2) Define a full set of fixed counters (e.g. up to 10K octets), but acknowledge that many hardware implementations that support jumbo frames would not be able to populate these counters above 1518 octets because they don't match the buckets in the hardware. I don't like this approach since I think that it will be incompatible with a lot of existing hardware.
3) Define a generic structure that is list of entries, where each entry contains (octet-range-min, octet-range-max, pkt-count). Then in the description of the list say something like: Recommended category ranges are 64-64, 65-127, 128-255, 256-511, 512-1023, 1024-1518, 1519-2047, 2048-4095, 4096-9215, 9216-max. And relate back to the RFC 2819 historical set of counters etc.
From a software perspective, I prefer approach 3 over approach 1 because the code handling all the counters can be more generic.
On 20/09/2017 14:56, Shemail, Ahmed wrote:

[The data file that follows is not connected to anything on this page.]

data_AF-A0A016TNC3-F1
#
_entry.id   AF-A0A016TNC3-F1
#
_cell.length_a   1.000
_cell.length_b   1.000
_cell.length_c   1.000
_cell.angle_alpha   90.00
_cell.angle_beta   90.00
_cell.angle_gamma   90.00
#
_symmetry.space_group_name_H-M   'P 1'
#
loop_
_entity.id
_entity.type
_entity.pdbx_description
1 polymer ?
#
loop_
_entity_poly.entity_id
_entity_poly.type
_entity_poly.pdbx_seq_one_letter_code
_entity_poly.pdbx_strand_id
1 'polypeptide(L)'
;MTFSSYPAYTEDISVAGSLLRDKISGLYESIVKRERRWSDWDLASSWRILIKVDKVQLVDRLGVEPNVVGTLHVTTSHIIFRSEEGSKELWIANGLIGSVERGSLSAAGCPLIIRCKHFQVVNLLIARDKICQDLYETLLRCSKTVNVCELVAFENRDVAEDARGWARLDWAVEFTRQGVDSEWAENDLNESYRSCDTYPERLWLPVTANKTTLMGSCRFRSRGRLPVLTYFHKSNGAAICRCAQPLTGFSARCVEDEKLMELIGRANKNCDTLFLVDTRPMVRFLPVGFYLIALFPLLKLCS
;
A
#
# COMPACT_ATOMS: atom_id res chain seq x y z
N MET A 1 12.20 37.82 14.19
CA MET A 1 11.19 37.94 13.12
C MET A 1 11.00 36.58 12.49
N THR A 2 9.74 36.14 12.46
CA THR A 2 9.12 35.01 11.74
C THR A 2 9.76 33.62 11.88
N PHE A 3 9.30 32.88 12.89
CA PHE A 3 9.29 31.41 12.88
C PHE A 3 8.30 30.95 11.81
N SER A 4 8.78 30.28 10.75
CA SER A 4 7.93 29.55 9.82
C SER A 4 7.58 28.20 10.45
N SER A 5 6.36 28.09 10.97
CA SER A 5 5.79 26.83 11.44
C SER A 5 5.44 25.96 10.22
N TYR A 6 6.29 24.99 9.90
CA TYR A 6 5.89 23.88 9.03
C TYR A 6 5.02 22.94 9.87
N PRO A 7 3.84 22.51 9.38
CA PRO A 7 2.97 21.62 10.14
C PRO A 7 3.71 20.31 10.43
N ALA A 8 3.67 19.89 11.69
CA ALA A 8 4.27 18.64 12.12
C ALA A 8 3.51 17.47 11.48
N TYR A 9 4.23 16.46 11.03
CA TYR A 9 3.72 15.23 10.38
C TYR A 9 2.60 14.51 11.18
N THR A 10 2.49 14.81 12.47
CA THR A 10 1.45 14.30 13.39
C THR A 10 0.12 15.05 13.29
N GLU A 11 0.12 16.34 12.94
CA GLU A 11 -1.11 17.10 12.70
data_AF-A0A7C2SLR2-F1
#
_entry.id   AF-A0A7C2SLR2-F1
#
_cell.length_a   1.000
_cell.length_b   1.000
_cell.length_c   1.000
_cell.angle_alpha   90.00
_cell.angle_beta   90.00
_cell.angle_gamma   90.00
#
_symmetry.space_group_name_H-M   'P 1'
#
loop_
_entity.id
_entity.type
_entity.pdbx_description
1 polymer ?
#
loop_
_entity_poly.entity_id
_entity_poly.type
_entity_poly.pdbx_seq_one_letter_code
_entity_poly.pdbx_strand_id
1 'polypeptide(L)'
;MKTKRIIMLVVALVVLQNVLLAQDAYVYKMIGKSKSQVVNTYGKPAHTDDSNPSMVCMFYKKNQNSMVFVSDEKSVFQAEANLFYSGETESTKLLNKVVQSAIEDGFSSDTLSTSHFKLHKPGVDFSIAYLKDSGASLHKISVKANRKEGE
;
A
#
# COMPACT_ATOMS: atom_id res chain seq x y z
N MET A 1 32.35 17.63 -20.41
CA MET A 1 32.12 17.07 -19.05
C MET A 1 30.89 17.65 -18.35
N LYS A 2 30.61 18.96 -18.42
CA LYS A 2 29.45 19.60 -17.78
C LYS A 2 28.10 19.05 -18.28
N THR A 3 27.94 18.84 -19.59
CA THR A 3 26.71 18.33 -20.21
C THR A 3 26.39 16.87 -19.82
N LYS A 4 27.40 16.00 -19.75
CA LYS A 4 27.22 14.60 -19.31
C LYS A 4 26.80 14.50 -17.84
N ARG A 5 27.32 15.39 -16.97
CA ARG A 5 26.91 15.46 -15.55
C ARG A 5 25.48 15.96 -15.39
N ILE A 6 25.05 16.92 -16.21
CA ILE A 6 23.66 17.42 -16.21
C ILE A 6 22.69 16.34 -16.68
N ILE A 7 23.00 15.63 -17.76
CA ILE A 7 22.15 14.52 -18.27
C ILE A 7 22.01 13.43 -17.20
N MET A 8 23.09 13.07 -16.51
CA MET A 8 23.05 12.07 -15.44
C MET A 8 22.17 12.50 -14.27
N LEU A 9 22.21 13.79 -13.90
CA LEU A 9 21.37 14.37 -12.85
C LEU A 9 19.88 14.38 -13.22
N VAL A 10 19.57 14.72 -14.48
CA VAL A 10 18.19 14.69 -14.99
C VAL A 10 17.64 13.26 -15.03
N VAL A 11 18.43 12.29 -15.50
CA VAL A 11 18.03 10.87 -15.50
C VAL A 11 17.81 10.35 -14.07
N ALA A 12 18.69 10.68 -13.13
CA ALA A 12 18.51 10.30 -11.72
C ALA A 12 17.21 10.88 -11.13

Thanks for the prompt response. I found your spreadsheet attachment quite useful to understand the thought process behind the current set of stats.
Some RMON stats that I still see missing are:
In some traffic engineering scenarios we find them very useful in understanding the network behavior.
I think that plan is that all the stats that are still relevant to Ethernet interfaces today should have been copied across. There is also the "legacy" YANG module that contains some of the Etherlike MIB stats that we think are no longer required.
Please also see the attached xls that shows the relationship between the counters, various MIBs/YANG modules etc.
Are there specific RMON counters that you think should be included?
On 19/09/2017 22:11, Shemail, Ahmed wrote:
I saw your draft for IEEE 802.3 Ethernet Interfaces YANG model
I noticed that some of the RMON equivalent stats have made into your draft but most others did not make it.
What is your view on the rest of the RMON stats? DO you think some of them will be incorporated in future extensions or do you think we won’t need them?
Ahmed Shemail | Software Engineer, PS&A | Ciena